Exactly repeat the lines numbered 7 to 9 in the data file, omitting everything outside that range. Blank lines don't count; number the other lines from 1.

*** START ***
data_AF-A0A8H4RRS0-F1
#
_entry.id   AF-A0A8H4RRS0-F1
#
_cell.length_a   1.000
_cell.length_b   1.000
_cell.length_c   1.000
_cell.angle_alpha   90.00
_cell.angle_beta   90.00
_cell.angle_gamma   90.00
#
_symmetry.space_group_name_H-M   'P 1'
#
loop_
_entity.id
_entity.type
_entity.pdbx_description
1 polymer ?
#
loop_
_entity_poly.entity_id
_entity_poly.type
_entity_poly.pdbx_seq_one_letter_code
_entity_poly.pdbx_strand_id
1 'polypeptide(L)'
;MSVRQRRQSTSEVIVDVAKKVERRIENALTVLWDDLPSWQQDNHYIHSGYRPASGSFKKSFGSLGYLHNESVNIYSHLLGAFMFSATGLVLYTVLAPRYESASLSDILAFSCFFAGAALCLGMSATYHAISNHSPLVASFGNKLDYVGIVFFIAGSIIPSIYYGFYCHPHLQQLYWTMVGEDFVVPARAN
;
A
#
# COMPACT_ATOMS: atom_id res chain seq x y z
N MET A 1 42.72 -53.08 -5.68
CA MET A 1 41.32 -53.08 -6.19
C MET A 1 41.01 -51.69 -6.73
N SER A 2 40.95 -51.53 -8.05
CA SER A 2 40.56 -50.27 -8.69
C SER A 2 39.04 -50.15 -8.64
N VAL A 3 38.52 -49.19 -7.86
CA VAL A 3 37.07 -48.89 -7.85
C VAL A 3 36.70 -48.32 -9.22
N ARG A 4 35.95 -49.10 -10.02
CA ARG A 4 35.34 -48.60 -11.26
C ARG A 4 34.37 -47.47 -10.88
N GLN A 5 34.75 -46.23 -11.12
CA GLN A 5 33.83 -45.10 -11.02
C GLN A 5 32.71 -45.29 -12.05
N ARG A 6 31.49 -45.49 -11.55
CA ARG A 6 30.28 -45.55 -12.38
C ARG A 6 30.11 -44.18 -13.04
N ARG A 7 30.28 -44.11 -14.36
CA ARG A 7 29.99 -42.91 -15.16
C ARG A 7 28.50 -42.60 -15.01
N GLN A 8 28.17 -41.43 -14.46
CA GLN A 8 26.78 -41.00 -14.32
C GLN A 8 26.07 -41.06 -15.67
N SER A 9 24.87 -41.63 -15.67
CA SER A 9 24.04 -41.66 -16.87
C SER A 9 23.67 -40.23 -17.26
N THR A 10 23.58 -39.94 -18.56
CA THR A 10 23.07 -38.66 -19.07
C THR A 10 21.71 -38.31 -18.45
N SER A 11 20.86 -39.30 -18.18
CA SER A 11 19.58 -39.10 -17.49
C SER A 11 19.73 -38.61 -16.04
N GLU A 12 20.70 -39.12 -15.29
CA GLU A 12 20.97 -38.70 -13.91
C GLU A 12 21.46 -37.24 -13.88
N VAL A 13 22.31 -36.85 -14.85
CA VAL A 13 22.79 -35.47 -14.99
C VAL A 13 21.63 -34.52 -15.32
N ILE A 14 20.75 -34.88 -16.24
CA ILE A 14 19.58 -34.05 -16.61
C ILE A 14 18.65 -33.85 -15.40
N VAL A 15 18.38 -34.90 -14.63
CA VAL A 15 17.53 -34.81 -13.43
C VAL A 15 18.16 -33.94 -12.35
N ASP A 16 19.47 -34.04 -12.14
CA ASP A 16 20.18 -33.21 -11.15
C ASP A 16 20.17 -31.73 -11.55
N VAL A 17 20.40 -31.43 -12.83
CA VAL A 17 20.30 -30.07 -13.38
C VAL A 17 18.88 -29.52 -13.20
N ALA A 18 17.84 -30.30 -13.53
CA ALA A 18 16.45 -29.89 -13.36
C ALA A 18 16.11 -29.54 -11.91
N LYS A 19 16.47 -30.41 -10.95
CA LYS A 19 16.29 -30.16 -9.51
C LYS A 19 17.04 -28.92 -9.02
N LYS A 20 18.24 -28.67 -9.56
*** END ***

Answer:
_cell.length_c   1.000
_cell.angle_alpha   90.00
_cell.angle_beta   90.00